The COVID-19, caused by SARS-CoV-2, is threatening public health, and there is no effective treatment. In this study, we have implemented a multi-targeted anti-viral drug design strategy to discover highly potent SARS-CoV-2 inhibitors, which simultaneously act on the host ribosome, viral RNA as well as RNA-dependent RNA polymerases, and nucleocapsid protein of the virus, to impair viral translation, frameshifting, replication, and assembly. Driven by this strategy, three alkaloids, including lycorine, emetine, and cephaeline, were discovered to inhibit SARS-CoV-2 with EC50 values of low nanomolar levels potently. The findings in this work demonstrate the feasibility of this multi-targeting drug design strategy and provide a rationale for designing more potent anti-virus drugs.
The COVID-19 (Coronavirus disease-2019), caused by a novel coronavirus (SARS-CoV-2), has spread worldwide and remains out of control [1,2,3,4]. SARS-CoV-2 is an enveloped, positive-sensed, and single-stranded RNA beta coronavirus (CoV) [5, 6]. At present, there are seven human CoV strains identified, which includes: (1) four low-pathogenicity members: 229E (alpha coronavirus), NL63 (alpha coronavirus), OC43 (beta coronavirus), and HKU1 (beta coronavirus); and (2) three highly pathogenic members: MERS-CoV (the beta coronavirus that causes Middle East Respiratory Syndrome, abbreviated as MERS), SARS-CoV (the beta coronavirus that causes a severe acute respiratory syndrome, named as SARS) as well as SARS-CoV-2 . SARS-CoV-2 encodes four structural proteins, including spike, envelope, membrane, and nucleocapsid protein (N protein), as well as 15 nonstructural proteins (abbreviated as Nsps) [1, 8]. While living cells are infected, the virus can directly access the ribosomes of the host cell to produce proteins for new viruses. Nsps are assembled into a multi-subunit polymerase complex to create an environment suitable for transcription and replication of the viral genome. The viral genomes then form mature virions with viral structural proteins . It is worth noting that during the coronavirus replication cycle, these targets, including RNA-dependent RNA polymerase (RdRp), N protein, ribosome, and −1 programmed ribosomal frameshifting (−1 PRF) region, are involved in interacting with RNA, which herein providing a common feature for developing multi-targeting drugs that could have maximal anti-viral efficacy.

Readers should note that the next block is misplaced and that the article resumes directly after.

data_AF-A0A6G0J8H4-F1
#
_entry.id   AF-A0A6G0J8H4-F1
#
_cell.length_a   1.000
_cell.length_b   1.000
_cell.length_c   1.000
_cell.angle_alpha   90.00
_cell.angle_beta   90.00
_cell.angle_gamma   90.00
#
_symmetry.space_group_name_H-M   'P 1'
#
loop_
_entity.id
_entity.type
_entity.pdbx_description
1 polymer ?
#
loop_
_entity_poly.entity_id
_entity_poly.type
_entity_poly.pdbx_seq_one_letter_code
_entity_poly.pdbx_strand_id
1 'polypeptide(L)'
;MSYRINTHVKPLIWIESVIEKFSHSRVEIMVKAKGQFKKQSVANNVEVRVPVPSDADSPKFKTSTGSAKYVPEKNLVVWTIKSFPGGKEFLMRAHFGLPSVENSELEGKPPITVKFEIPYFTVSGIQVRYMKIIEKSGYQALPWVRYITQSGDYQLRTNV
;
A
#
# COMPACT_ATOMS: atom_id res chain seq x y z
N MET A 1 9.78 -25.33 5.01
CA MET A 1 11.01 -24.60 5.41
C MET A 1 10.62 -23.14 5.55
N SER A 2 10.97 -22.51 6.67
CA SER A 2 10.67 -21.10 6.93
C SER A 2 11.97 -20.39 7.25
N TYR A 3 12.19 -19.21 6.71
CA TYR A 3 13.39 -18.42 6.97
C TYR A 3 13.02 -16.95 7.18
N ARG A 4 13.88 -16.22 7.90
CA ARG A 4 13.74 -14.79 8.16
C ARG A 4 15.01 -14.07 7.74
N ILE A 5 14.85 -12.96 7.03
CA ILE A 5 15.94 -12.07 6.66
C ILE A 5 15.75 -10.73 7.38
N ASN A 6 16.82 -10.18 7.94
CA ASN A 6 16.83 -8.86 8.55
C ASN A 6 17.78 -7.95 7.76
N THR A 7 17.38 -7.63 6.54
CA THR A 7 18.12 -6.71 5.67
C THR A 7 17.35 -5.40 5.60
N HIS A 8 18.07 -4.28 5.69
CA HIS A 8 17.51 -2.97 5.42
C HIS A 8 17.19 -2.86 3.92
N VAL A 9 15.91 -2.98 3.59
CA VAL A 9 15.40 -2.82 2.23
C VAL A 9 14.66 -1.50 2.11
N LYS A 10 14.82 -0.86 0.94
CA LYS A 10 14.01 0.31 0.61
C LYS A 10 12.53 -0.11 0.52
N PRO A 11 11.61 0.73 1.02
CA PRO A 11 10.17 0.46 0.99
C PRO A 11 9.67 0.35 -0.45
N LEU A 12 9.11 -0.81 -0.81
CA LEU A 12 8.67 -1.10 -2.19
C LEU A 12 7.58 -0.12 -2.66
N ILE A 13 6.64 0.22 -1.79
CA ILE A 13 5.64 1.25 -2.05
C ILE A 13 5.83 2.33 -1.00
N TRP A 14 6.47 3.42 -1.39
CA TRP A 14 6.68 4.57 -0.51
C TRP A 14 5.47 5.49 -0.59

Although ribosome is one necessary organelle in living cells for producing proteins for host cells, it can be regarded as one potential drug target because of its essential role in viral protein translation . The human ribosome is known as the 80S ribosome, composed of a small 40S subunit and a large 60S subunit. There are four main functional sites embedded in the whole ribosome: (1) the mRNA binding site; (2) the tRNA-binding sites which contain the A(aminoacyl)-site, P(peptidyl)-site, and E(exit)-site; (3) the peptidyl transfer center (PTC); and (4) the binding site for translational factors . Previous studies showed that these functional sites were identified as druggable binding sites within ribosomes . Besides, virus-infected cells produce more proteins than normal cells, which means that ribosome seems to be very important for replicating the virus. In total, ribosomes could be counted as a potential target for treating viral infection .
SARS-CoV-2 recruits −1 PRF, which involves a shift in the reading frame of the ribosome at a specific location in the RNA message, that is, 5–7 nucleotides downstream of the ‘slippery’ sequence where the reading-frame shift occurs, typically exists a pseudoknot, to control the expression of viral proteins, including RdRp . Some works of literature showed that mutations or molecular binders of −1 PRF could significantly attenuate viral propagation [15, 16], demonstrating that the RNA genome of the virus could be a considerable druggable target.
RdRp, as a crucial drug target for anti-coronaviruses, plays an essential role in the process of replication and transcription of RNA viruses [17, 18]. The RdRp of SARS-CoV-2 is composed of nsp12, which is a catalytic subunit, and two accessory subunits, nsp7 and nsp8, which can stimulate nsp12 polymerase activity. The nsp12 subunit includes a nidovirus RdRp-associated nucleotidyltransferase (NiRAN) domain in the N-terminal portion, and an interface domain, which is responsible for connecting the C-terminal RdRp catalytic domain and NiRAN domain [19,20,21]. The core structure of RdRp presents a large and deep groove domain, resembling a human right hand, interconnected by ‘fingers’, ‘palm’, and ‘thumb’ subdomains, which form the catalytic site of RNA synthesis. The catalytic site, comprising of the residues of SER 759, ASP 760, and ASP 761 (SDD), which lies in the motif C, is involved in primer binding for RdRp activity .